Case Law Companies Act Petitioner official Liquidator Supreme Bank Ltd Vs Respondent P A Tendolkar Dead By LRs And Ors

Case Law Companies Act

Petitioner official Liquidator Supreme Bank Ltd

Vs Respondent P A Tendolkar Dead By LRs  And Ors



CITATION: 1973 AIR 1104 1973 SCR  (3) 364 1973 SCC  (1) 602 CITATOR INFO : E   1983 SC 188  (43)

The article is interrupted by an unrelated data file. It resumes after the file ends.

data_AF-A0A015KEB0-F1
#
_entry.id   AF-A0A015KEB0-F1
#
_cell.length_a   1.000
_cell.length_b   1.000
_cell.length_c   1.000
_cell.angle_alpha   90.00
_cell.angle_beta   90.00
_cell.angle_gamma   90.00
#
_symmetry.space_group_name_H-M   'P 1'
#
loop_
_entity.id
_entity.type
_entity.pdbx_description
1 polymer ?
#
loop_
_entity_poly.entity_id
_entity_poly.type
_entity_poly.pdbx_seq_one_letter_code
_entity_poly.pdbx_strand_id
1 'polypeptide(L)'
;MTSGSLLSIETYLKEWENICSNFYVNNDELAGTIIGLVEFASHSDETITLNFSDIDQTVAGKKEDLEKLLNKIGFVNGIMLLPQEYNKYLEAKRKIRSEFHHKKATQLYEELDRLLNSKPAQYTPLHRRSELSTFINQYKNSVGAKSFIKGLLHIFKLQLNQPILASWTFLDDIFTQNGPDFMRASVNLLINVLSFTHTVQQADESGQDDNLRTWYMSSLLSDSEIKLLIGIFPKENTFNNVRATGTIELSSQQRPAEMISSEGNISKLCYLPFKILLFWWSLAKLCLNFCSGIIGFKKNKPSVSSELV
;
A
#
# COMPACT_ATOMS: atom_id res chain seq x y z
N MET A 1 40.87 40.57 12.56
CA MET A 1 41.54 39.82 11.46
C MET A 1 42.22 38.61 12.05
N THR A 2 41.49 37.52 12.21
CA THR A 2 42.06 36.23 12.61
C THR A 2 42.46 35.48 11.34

ACT: Companies  Act (7 of 1913), s. 235 and Companies Act  (1  of 1956),  s.  543-Power  of Court to  make  compulsive  orders against   heirs   of  deceased   director   in   misfeasance proceedings-Actio  personalis moritum cum persona-Scope  of- Right of appeal by and against heir. Banking  Companies  Act (10 of 1949), ss. 45(G)  and  45(O)- Official   liquidator,  whether  should  apply  for   public examination  of  directors under s. 45(G) to s. 45  O(2)  as amended  by  Act  33 of 1959-Scope of the  fresh  Period  of limitation-S.  45(O)(2) prevails over s.235  Companies  Act, 1913, in relation to Banking Companies. Principles  determining liability of managing  director  and Board of Directors in misfeasance proceedings.